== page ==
When we were in Chicago back in March we walked to one of the local restaurants in Bucktown. I just love visiting our son and his family there because they have so many restaurants you can walk to. I guess I better be honest and say I didn’t walk. It was way toooooo cold and we had the little ones. So, Missy, my daughter-in-law, and I drove the boys and the dads walked because we all couldn’t get in the car with two car seats and four adults. By the time we loaded the kids up and lucked out and found a parking spot right in front of the restaurant, here comes the big guys just in time to help carry everyone in.
Club Lucky is a cool retro bar and Italian restaurant and has been part of the neighborhood for more than 50 years. The lounge is always filled with locals and the night we were there (5:30 ish — remember we have kids) the place was filled with families and lots of kids. When we entered, the bar was right in the front and before we were seated I decided to ask the bartender if he could make an aviation cocktail. Of course, he could. This is a cocktail from early 20th century (been around since 1911). The dining room is decorated in red, black and green with simple designs and has such a homey feel.
The waiter brought us a basket of warm bread right out of the oven with some dipping oil and butter. Yum. It was delicious along with my cocktail. I decided on one of the specials which was Gnocchi with Grilled Chicken and Gorgonzola Sauce with some sauteed spinach mixed in for color. It was wonderful and not too blue tasting either.
It was funny watching the kids eat. Oliver had an order of meatballs which he did a good job eating and then licked the butter out of the little individual containers. Now, Charlie, on the other hand, still ate baby food then (only 10 months old) so his mom was giving him bits of the bread and he was making it to his mouth with some of the bread but then we looked at the floor and it was covered with these tiny specks of bread — where were the birds or the DOG when you needed them?
So, I knew I was going to recreate this dish from my first bite and we had made gnocchi at a cooking class in Italy a few years earlier so I knew it would be a piece of cake! Recreating the recipe that is. The gnocchi takes practice.
Healthy pasta for dinner tonight.
While rummaging through my refrigerator the other day I came up with something interesting ingredients – a partial bag of Brussels sprouts from Christmas (yes they were still good), 1/2 a jar of steamed chestnuts that were left from a yummy Brussels sprout dish that had some sauteed butternut squash added to it, and oh, this partial tub of marscapone (you can use a soft cream cheese if you don’t have marscapone). My grandson, Milo loves cream cheese on his turkey sandwiches. Go figure. He’s a pretty persnickety eater. But he loves his cream cheese and turkey sandwiches. I remember when he called once (age 3) and said “Gran, I like cream cheese now”. Isn’t it just so cute; just about anything the grandsons say if is is preceded with “Gran” just makes me smile.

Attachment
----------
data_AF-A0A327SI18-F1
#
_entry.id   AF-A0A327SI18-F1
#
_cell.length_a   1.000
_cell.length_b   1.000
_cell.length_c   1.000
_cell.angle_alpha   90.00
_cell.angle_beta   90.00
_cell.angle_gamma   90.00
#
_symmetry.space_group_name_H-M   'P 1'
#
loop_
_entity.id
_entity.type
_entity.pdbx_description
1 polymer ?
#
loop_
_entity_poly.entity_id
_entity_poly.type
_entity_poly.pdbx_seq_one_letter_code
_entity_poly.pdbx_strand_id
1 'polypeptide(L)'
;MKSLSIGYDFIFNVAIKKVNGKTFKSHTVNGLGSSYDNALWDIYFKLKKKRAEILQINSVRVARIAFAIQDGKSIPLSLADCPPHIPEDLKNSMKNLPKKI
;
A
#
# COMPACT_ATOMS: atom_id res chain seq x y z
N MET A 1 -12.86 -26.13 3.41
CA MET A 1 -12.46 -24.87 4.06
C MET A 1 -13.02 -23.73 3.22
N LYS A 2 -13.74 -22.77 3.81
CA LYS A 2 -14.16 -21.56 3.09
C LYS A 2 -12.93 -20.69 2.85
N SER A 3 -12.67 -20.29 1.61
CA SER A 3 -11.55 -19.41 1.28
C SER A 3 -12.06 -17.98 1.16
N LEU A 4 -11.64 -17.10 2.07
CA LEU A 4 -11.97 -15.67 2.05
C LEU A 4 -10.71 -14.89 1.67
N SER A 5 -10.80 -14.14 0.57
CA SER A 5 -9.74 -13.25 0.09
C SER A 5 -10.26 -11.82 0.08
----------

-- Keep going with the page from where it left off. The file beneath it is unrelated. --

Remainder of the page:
I love hearing the grandsons say “Gran”. (Two out of the four can talk.) Little Oliver (from Chicago) was so surprised by the snowman pretzel sticks I sent back with their Christmas gifts. He ate so many of these while visiting over Christmas and when I was packing up everything to mail back, there were a couple still staring at me from a glass I had them standing up in. So after falling out of his chair at the dinner table one night, mom gave him a snowman pretzel. She took a picture of him saying “Thanks, Gran, and then a big Ta-duh as he shows the pretzel to the camera.
I think I have finally purged the house of all the sweet things that were made for the holidays that were never eaten. So to come up with some healthy ingredients while cleaning out the refrigerator and pantry was exciting.
The bacon does not have to be used, of course, in this recipe if you want to go meatless; I just like the taste that it brings to the dish.
Who doesn’t like the flavors of King Ranch!
I’ve always thought I made absolutely the best King Ranch casserole out there.
When we first moved to Texas and I started catering for some of the local companies and I had request for King Ranch casserole. I’d never heard of King Ranch casserole and didn’t realize that it was named after one of the largest ranches in the world and it’s here in Texas.
So, I set about trying to find what I thought would be the perfect recipe. I never found just one and ended up merging several recipes together to come up with what I thought was the perfect sauce. The addition of spices and spinach to the sauce makes this a favorite with King Ranch lovers.
My family never liked casseroles and I cannot believe that in 20 years of catering, I never made the casserole for my family.
I’ve decided to turn my casserole into King Ranch Pasta. NOT a casserole but a creamy mixture of chicken, spices and sauce mixed with pasta and baked in an oven for 30 minutes. If you want to make the casserole with tortilla, see below for those instructions.
Since Thanksgiving is fast approaching, think of this recipe when you have a lot of left over turkey staring back at you from the refrigerator.
BLAST FROM THE PAST: Souffled French Onion Soup — If you love French Onion Soup you will love this one topped with a cheese soufflé. Believe it or not, the soufflé does not fall while you are eating the soup.